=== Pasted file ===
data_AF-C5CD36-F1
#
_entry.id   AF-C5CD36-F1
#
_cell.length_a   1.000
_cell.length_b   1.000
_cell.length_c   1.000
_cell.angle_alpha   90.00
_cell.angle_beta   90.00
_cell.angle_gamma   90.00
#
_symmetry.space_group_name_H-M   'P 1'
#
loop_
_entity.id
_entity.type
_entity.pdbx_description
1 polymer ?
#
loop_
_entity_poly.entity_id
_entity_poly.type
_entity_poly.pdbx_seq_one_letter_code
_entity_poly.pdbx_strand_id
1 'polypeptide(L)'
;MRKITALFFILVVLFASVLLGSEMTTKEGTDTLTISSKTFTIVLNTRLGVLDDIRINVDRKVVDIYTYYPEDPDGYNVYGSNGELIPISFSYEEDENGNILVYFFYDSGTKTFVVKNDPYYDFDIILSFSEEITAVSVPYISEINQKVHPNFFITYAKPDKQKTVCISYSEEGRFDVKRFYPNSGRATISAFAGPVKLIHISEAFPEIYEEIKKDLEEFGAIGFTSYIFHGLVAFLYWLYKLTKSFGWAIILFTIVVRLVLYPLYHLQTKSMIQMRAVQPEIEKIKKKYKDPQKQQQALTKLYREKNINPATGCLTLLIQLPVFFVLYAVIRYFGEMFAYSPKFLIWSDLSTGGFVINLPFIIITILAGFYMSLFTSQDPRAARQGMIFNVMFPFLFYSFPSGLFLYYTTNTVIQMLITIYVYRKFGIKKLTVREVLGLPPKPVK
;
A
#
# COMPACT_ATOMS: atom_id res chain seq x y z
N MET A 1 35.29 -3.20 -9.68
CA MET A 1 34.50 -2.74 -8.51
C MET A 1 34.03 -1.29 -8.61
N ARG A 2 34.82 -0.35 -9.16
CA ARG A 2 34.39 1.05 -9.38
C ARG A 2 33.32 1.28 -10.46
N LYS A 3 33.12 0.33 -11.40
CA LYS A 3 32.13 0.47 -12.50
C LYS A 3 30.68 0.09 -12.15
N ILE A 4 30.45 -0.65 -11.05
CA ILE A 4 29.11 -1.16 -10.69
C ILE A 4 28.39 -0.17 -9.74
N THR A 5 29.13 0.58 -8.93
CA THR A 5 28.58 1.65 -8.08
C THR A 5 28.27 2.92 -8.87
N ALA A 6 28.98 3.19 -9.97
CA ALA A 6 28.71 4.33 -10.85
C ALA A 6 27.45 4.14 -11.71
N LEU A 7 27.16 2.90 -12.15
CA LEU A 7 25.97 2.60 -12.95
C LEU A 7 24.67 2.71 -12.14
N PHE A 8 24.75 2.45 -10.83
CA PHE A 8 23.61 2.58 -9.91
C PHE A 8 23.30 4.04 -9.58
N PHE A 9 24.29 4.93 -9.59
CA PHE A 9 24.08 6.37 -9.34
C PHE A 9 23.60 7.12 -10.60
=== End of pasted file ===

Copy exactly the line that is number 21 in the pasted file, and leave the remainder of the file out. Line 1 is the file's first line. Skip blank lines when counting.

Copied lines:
_entity_poly.entity_id